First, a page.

COVID-19 data tracking and reporting have been problematic from day 1.  Outdated systems and procedures made it difficult to understand the severity of the pandemic in its early days and handicapped the US efforts to control it.  President Trump in a fit of pique and for political reasons decided to bypass the Center for Disease Control (CDC) for COVID-19 reporting and shift it to another department in Health and Human Services (HHS) on July 15th, 2000.  This has turned out poorly because while the CDC had problems, the HHS had no experience with tracking and reporting infectious diseases.  While this helped Trump in the short term politically because the HHS was more willing to alter the data to fit the President’s message it hurt the US pandemic response long term.  The President should have spent money on improving the existing CDC system instead of building another parallel system to monitor COVID-19. 

Have things improved in 2021?  The recent miscues in reporting cases and deaths from the Florida Department of Health (FL-DOH) to the CDC say no.  It turns out that there is another way that FL COVID-19 deaths were tracked by the HHS on its website.  Since July 2000, HHS has compiled COVID-19 deaths as reported by all the hospitals in the USA.  In its early days it was incomplete – possibly because many COVID-19 deaths occurred outside of hospitals – in nursing homes, prisons, private homes, etc.  But for the current wave, HHS has been tracking FL deaths better.  HHS (red curve in the graph below) appears to tracks about 90% of all deaths compared to the blue curve which tracks deaths on an actual date basis as now reported to the CDC.  It tracks quicker with just 2-3 days delay from the actual date of death – unlike the green curve which counts deaths as actually reported but delayed by 2 weeks of massaging (formerly reported by the FL-DOH to the CDC).  It tracks the actual shape of the growth in death that cursory examination of the blue curve would distort.  So if the Governor of Florida was trying to manage the narrative he forgot that the HHS death time series would have undercut that story – deaths are really soaring in FL as they are in TX, GA, and most other states.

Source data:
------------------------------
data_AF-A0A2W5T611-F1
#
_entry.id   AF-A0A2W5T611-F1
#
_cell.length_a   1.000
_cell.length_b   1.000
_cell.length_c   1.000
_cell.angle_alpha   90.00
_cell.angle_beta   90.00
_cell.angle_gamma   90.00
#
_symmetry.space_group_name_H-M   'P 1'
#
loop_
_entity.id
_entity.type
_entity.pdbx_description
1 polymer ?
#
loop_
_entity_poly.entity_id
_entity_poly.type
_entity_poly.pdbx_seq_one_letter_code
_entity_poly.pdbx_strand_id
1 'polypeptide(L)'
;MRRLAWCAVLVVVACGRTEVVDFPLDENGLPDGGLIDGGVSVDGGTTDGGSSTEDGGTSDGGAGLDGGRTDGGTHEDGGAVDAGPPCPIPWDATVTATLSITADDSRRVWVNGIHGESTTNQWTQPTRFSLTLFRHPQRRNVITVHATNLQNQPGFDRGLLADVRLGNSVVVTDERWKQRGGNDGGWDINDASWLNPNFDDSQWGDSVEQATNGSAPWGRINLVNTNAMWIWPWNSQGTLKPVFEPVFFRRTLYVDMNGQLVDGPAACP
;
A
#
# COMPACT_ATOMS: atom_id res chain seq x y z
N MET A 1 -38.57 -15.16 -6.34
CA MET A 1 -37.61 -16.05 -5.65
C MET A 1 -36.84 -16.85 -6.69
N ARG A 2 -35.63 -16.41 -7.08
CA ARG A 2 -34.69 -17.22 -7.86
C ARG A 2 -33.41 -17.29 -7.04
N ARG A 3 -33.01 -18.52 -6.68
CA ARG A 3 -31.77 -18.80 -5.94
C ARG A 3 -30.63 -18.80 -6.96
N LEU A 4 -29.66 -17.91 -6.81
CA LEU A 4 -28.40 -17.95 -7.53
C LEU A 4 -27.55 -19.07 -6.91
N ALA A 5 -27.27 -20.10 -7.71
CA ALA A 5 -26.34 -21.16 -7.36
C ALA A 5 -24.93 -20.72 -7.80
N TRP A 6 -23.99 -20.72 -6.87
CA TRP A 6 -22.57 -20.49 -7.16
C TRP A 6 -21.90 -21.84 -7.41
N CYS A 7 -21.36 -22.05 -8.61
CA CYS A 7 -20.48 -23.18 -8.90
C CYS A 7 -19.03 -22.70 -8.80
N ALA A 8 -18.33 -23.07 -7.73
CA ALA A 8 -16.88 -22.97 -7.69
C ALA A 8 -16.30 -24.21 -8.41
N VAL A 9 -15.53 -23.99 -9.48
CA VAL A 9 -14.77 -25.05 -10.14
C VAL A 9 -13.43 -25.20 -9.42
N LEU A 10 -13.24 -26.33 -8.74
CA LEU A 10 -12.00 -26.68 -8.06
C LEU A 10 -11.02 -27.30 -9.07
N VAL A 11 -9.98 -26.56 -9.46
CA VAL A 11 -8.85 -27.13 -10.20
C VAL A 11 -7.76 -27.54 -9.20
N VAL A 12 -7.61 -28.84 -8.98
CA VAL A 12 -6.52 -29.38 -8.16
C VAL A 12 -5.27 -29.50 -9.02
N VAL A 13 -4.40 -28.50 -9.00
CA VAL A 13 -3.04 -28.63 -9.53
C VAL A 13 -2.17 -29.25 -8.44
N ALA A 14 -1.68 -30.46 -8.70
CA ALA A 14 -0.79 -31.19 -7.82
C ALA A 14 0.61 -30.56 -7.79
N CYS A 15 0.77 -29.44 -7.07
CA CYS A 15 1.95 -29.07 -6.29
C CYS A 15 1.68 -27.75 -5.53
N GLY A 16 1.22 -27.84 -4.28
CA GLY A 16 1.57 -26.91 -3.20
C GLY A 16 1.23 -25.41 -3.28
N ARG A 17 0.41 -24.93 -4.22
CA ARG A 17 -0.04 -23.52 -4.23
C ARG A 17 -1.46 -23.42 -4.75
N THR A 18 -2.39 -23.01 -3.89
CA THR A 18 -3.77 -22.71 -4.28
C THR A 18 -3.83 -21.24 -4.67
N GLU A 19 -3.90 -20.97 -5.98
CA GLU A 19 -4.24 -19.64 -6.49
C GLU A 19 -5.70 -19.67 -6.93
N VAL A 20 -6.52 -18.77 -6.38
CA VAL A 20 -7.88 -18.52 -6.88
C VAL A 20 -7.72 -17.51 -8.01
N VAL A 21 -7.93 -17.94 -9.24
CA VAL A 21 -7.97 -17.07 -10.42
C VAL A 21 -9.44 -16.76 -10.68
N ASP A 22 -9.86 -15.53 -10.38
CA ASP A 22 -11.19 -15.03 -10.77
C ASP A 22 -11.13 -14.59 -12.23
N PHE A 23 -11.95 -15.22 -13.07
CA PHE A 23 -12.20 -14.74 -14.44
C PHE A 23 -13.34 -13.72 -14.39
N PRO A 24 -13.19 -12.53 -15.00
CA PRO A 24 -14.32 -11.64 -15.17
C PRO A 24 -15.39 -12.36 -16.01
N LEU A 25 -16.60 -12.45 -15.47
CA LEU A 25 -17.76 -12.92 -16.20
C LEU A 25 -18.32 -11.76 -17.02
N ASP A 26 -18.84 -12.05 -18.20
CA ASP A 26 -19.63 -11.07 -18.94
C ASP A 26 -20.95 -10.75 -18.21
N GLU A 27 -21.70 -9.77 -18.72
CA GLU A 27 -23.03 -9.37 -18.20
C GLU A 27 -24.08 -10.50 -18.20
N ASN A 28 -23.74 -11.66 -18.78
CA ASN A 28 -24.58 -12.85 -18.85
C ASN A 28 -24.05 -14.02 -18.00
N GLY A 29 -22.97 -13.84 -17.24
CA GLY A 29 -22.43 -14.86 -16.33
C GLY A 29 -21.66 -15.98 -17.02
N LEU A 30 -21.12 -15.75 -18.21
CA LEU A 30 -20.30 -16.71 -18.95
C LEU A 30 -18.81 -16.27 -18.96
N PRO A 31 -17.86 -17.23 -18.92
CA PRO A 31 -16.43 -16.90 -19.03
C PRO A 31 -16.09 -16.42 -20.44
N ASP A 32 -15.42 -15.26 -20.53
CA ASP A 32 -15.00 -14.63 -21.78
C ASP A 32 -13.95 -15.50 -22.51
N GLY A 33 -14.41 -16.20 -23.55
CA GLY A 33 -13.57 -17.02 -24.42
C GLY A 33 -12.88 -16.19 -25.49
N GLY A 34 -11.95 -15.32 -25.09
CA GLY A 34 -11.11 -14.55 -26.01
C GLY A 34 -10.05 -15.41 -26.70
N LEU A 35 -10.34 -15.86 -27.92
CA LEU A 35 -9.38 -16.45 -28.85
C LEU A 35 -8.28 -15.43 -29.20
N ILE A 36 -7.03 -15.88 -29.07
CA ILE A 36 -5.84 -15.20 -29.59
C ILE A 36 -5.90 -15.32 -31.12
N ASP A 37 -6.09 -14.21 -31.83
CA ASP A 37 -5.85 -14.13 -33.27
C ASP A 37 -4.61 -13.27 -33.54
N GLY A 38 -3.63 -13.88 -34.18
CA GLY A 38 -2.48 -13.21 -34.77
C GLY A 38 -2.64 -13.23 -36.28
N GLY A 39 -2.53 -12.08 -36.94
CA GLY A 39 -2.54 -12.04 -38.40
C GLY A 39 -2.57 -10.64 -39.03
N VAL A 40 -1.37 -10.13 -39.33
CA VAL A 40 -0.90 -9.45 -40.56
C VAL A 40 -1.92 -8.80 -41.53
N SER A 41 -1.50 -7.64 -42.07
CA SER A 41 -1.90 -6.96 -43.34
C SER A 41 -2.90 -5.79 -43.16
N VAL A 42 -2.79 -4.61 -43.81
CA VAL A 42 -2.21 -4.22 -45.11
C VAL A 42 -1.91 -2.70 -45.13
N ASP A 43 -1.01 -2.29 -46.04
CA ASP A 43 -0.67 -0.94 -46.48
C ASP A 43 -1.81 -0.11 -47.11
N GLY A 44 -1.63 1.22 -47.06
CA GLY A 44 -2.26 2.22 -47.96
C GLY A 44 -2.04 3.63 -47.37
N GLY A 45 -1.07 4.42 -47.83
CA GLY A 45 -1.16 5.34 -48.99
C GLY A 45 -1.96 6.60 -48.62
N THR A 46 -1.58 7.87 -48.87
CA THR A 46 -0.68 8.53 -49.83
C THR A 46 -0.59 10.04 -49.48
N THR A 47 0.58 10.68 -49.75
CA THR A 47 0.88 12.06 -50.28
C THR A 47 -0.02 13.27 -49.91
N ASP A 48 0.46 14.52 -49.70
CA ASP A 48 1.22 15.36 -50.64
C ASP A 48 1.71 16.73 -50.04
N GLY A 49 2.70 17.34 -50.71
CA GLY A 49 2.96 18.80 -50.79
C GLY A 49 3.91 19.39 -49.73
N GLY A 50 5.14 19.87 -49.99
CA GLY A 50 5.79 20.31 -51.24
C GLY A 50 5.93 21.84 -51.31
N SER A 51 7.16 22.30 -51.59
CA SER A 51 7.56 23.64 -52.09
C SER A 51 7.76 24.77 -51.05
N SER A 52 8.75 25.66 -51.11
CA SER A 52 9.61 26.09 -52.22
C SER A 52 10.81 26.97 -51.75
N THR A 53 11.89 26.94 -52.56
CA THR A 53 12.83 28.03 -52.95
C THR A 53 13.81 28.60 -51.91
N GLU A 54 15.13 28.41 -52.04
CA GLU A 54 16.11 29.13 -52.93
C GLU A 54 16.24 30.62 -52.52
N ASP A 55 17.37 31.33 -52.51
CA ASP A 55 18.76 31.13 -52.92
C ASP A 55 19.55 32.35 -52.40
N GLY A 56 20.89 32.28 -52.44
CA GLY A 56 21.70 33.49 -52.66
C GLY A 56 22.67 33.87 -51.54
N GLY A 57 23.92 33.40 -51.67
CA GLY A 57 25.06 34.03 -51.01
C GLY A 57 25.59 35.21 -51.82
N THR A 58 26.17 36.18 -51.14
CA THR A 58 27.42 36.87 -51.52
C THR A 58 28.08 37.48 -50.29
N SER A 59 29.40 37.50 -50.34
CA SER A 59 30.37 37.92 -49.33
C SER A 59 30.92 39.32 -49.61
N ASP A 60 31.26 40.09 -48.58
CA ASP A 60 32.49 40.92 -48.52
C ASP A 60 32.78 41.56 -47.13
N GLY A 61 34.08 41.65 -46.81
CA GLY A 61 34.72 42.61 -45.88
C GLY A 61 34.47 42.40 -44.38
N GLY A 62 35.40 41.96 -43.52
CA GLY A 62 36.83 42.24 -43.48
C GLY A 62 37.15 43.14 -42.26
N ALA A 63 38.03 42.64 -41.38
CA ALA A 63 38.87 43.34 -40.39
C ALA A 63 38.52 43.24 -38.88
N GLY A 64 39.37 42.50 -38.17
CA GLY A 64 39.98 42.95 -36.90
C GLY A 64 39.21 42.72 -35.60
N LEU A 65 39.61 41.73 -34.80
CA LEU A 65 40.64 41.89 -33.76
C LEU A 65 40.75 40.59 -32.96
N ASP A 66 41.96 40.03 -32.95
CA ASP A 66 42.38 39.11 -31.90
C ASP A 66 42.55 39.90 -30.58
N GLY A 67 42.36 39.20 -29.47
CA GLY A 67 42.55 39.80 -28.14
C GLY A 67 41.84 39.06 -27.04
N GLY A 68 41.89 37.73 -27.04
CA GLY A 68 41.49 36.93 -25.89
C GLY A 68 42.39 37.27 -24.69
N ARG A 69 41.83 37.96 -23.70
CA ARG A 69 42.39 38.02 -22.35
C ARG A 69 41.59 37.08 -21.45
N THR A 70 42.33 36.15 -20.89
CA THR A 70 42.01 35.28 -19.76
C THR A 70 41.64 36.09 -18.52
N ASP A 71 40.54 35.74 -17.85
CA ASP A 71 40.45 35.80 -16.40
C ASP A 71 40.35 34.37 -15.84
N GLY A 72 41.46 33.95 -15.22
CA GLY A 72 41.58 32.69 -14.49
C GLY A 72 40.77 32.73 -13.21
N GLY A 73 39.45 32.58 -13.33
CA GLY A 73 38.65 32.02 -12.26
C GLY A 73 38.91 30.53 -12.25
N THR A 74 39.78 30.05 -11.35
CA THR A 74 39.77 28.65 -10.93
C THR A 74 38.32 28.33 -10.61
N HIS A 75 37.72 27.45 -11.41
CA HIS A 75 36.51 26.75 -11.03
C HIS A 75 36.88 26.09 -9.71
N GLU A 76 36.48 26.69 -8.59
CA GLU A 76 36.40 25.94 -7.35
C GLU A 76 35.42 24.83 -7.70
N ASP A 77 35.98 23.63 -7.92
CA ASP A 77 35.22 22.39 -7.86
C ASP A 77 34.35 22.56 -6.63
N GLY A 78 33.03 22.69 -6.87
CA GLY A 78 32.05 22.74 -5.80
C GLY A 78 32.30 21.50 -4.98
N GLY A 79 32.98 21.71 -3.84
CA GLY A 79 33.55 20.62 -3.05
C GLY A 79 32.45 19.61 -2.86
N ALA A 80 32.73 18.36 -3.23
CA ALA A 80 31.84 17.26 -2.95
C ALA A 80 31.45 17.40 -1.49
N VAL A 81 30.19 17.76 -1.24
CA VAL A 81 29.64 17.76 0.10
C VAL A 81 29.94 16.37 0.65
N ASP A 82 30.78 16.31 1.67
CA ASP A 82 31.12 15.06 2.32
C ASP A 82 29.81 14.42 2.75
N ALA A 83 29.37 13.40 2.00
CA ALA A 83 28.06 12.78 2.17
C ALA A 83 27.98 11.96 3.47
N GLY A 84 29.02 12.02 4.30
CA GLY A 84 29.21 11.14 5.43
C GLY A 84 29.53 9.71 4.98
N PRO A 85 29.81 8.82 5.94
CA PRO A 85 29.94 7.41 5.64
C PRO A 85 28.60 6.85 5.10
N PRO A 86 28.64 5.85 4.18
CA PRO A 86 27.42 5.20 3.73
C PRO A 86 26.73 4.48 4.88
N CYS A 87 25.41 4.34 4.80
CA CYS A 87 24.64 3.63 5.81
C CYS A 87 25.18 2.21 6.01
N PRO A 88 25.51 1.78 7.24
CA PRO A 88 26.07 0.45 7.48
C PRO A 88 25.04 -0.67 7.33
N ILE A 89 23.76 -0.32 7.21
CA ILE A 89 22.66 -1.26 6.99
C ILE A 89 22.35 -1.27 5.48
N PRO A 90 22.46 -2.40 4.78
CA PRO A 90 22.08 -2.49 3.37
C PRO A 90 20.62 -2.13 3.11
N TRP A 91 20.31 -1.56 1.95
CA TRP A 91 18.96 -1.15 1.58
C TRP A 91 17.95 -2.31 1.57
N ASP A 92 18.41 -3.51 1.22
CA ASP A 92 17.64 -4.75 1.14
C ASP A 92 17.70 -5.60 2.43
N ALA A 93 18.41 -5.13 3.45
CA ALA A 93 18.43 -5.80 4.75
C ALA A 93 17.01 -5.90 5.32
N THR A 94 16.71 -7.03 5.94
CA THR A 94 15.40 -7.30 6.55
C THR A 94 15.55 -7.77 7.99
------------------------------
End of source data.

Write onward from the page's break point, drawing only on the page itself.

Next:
So is the HHS system better than the HHS system?  No, because while it has the best hospitalization data its data on COVID-19 cases and deaths are incomplete. We had actually begun this study to see whether there were as many deaths occurring outside of the hospital system as there had been in prior waves.  The fact that there haven’t been is somewhat surprising (perhaps due to the ferocity of Delta), but does not obviate the need for the more complete count done by the CDC.  Even that could be improved since substantial evidence exists that deaths in excess of what is normally expected every year have occurred above and beyond what the CDC has counted as confirmed and suspected COVID-19 deaths. 

The USA should be investing in a single centralized data system that captures accurate, timely, and consistent infectious disease data from all states.  Data validation systems (using A/I and machine learning) can identify attempts to pass inconsistent or incomplete data so that only clean data is presented to the public and given to scientists for detailed analysis.  CDC should provide state-of-the-art data extraction and reporting tools for that one system instead of building two expensive half-baked systems.  Trying to manipulate or manage the data will ultimately be futile creating short-term confusion and long-term distrust of data and science and the government.